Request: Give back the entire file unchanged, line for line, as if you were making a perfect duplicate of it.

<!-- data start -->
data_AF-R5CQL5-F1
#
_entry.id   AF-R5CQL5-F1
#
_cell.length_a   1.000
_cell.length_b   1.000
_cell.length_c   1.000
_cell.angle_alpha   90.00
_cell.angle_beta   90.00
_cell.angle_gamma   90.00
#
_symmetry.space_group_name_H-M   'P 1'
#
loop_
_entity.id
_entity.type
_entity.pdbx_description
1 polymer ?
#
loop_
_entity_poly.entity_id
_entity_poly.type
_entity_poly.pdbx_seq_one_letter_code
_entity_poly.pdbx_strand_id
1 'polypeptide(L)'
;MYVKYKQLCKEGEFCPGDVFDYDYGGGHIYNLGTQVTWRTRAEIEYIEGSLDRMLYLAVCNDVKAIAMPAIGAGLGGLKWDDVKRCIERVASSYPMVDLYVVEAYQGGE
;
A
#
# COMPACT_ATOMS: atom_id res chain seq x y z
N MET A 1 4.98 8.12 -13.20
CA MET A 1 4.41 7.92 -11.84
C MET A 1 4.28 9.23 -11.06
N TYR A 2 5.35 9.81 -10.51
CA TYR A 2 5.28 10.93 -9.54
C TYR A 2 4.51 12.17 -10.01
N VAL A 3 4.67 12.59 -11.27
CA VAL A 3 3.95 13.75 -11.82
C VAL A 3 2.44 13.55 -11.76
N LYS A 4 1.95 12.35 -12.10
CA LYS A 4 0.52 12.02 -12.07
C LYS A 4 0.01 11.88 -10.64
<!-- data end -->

data_AF-R5CQL5-F1
#
_entry.id   AF-R5CQL5-F1
#
_cell.length_a   1.000
_cell.length_b   1.000
_cell.length_c   1.000
_cell.angle_alpha   90.00
_cell.angle_beta   90.00
_cell.angle_gamma   90.00
#
_symmetry.space_group_name_H-M   'P 1'
#
loop_
_entity.id
_entity.type
_entity.pdbx_description
1 polymer ?
#
loop_
_entity_poly.entity_id
_entity_poly.type
_entity_poly.pdbx_seq_one_letter_code
_entity_poly.pdbx_strand_id
1 'polypeptide(L)'
;MYVKYKQLCKEGEFCPGDVFDYDYGGGHIYNLGTQVTWRTRAEIEYIEGSLDRMLYLAVCNDVKAIAMPAIGAGLGGLKWDDVKRCIERVASSYPMVDLYVVEAYQGGE
;
A
#
# COMPACT_ATOMS: atom_id res chain seq x y z
N MET A 1 4.98 8.12 -13.20
CA MET A 1 4.41 7.92 -11.84
C MET A 1 4.28 9.23 -11.06
N TYR A 2 5.35 9.81 -10.51
CA TYR A 2 5.28 10.93 -9.54
C TYR A 2 4.51 12.17 -10.01
N VAL A 3 4.67 12.59 -11.27
CA VAL A 3 3.95 13.75 -11.82
C VAL A 3 2.44 13.55 -11.76
N LYS A 4 1.95 12.35 -12.10
CA LYS A 4 0.52 12.02 -12.07
C LYS A 4 0.01 11.88 -10.64